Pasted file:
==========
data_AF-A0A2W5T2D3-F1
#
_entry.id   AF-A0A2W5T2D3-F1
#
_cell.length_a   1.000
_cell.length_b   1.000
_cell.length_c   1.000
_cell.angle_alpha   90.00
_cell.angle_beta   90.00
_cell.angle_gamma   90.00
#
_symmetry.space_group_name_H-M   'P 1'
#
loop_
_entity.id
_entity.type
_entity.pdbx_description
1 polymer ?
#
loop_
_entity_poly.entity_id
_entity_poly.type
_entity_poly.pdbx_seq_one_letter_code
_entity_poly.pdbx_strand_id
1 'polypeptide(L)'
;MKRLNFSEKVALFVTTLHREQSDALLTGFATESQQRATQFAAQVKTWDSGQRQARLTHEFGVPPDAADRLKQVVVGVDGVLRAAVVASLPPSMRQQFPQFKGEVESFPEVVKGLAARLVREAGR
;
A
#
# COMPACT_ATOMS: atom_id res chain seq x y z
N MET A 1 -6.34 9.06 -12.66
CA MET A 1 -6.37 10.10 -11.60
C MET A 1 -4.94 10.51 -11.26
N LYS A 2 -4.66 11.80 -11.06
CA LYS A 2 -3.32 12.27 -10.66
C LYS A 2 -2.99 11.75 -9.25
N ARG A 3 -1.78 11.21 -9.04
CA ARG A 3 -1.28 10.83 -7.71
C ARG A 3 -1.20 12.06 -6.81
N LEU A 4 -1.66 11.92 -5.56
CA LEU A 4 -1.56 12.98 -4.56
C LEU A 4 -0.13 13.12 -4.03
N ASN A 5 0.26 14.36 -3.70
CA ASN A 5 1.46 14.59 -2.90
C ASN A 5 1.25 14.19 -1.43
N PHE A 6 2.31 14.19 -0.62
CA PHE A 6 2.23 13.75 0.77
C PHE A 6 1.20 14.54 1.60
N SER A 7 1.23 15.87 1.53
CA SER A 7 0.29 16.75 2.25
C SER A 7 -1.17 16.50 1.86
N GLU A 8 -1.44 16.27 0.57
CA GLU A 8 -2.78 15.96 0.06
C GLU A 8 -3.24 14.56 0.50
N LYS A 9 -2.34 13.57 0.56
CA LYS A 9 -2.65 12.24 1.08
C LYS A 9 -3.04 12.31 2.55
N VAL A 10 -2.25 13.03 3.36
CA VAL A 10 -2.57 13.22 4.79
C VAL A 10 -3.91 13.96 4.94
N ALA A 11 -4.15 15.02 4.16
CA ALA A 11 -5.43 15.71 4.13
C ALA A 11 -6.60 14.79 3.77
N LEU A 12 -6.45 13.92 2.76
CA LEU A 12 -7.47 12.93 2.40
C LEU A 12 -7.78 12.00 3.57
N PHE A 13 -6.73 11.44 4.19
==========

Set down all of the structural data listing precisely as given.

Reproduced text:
data_AF-A0A2W5T2D3-F1
#
_entry.id   AF-A0A2W5T2D3-F1
#
_cell.length_a   1.000
_cell.length_b   1.000
_cell.length_c   1.000
_cell.angle_alpha   90.00
_cell.angle_beta   90.00
_cell.angle_gamma   90.00
#
_symmetry.space_group_name_H-M   'P 1'
#
loop_
_entity.id
_entity.type
_entity.pdbx_description
1 polymer ?
#
loop_
_entity_poly.entity_id
_entity_poly.type
_entity_poly.pdbx_seq_one_letter_code
_entity_poly.pdbx_strand_id
1 'polypeptide(L)'
;MKRLNFSEKVALFVTTLHREQSDALLTGFATESQQRATQFAAQVKTWDSGQRQARLTHEFGVPPDAADRLKQVVVGVDGVLRAAVVASLPPSMRQQFPQFKGEVESFPEVVKGLAARLVREAGR
;
A
#
# COMPACT_ATOMS: atom_id res chain seq x y z
N MET A 1 -6.34 9.06 -12.66
CA MET A 1 -6.37 10.10 -11.60
C MET A 1 -4.94 10.51 -11.26
N LYS A 2 -4.66 11.80 -11.06
CA LYS A 2 -3.32 12.27 -10.66
C LYS A 2 -2.99 11.75 -9.25
N ARG A 3 -1.78 11.21 -9.04
CA ARG A 3 -1.28 10.83 -7.71
C ARG A 3 -1.20 12.06 -6.81
N LEU A 4 -1.66 11.92 -5.56
CA LEU A 4 -1.56 12.98 -4.56
C LEU A 4 -0.13 13.12 -4.03
N ASN A 5 0.26 14.36 -3.70
CA ASN A 5 1.46 14.59 -2.90
C ASN A 5 1.25 14.19 -1.43
N PHE A 6 2.31 14.19 -0.62
CA PHE A 6 2.23 13.75 0.77
C PHE A 6 1.20 14.54 1.60
N SER A 7 1.23 15.87 1.53
CA SER A 7 0.29 16.75 2.25
C SER A 7 -1.17 16.50 1.86
N GLU A 8 -1.44 16.27 0.57
CA GLU A 8 -2.78 15.96 0.06
C GLU A 8 -3.24 14.56 0.50
N LYS A 9 -2.34 13.57 0.56
CA LYS A 9 -2.65 12.24 1.08
C LYS A 9 -3.04 12.31 2.55
N VAL A 10 -2.25 13.03 3.36
CA VAL A 10 -2.57 13.22 4.79
C VAL A 10 -3.91 13.96 4.94
N ALA A 11 -4.15 15.02 4.16
CA ALA A 11 -5.43 15.71 4.13
C ALA A 11 -6.60 14.79 3.77
N LEU A 12 -6.45 13.92 2.76
CA LEU A 12 -7.47 12.93 2.40
C LEU A 12 -7.78 12.00 3.57
N PHE A 13 -6.73 11.44 4.19